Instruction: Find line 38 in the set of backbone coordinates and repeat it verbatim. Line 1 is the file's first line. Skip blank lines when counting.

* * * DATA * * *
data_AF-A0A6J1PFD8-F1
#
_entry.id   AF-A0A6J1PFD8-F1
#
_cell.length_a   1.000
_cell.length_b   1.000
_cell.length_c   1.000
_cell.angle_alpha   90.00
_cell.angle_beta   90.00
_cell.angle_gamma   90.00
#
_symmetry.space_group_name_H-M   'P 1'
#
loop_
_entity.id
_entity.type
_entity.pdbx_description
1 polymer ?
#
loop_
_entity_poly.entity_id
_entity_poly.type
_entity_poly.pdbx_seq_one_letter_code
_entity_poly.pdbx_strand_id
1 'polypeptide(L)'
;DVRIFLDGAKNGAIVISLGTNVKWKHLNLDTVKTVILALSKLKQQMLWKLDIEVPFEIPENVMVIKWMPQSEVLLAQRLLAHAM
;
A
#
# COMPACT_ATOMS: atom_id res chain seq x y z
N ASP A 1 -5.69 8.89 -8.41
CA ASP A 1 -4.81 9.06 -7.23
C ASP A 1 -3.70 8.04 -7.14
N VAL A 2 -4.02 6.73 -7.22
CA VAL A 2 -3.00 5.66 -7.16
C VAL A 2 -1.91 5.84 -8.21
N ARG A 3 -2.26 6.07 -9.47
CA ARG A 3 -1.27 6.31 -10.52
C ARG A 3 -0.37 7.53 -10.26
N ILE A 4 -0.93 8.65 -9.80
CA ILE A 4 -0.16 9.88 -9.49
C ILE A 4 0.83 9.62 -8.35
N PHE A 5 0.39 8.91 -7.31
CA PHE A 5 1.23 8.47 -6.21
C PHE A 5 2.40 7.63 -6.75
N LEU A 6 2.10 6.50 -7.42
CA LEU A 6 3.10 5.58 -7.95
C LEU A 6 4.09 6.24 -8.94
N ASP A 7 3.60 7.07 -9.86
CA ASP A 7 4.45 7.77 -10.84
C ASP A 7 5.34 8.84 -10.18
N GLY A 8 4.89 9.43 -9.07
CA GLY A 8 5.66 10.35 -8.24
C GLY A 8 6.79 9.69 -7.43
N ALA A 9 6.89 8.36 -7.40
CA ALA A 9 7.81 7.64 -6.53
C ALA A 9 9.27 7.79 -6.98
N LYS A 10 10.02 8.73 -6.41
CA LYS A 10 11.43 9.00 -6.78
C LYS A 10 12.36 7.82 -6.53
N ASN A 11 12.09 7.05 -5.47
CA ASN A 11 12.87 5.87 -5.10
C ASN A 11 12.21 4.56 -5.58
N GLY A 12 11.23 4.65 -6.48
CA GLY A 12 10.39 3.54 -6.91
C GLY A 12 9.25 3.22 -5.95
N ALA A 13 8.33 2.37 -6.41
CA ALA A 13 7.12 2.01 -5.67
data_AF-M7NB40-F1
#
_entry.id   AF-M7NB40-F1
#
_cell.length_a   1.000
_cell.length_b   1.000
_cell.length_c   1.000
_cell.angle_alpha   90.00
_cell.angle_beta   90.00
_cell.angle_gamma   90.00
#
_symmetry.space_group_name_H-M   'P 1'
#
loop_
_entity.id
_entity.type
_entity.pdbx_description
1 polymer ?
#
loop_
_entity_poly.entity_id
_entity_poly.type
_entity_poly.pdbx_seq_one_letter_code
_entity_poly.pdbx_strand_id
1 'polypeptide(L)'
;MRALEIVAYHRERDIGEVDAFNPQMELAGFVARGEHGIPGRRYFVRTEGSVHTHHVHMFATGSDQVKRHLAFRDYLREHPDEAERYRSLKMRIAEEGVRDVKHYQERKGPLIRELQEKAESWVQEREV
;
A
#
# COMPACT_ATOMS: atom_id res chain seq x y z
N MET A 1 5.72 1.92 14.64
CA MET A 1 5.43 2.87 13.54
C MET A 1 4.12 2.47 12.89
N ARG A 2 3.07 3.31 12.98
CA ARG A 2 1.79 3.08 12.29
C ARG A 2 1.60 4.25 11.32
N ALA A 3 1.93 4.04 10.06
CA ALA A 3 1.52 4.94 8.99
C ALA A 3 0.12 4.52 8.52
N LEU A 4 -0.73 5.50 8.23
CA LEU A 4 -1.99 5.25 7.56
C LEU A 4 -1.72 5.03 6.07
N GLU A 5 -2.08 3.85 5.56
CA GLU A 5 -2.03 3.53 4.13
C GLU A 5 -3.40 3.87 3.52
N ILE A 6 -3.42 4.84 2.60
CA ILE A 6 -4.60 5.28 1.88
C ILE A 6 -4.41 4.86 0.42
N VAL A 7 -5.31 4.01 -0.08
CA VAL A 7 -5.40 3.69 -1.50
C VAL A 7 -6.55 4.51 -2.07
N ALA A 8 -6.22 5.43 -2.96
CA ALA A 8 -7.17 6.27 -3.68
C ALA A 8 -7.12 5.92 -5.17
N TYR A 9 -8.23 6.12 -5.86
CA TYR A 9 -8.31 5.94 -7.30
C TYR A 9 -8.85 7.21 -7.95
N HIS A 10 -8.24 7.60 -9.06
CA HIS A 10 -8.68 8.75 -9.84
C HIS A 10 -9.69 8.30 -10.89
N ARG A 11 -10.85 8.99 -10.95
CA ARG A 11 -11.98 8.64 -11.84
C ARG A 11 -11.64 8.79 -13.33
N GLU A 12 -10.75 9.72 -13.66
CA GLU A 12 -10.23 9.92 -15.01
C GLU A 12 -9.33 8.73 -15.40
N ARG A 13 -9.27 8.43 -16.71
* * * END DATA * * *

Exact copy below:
CA ARG A 3 -1.27 6.31 -10.52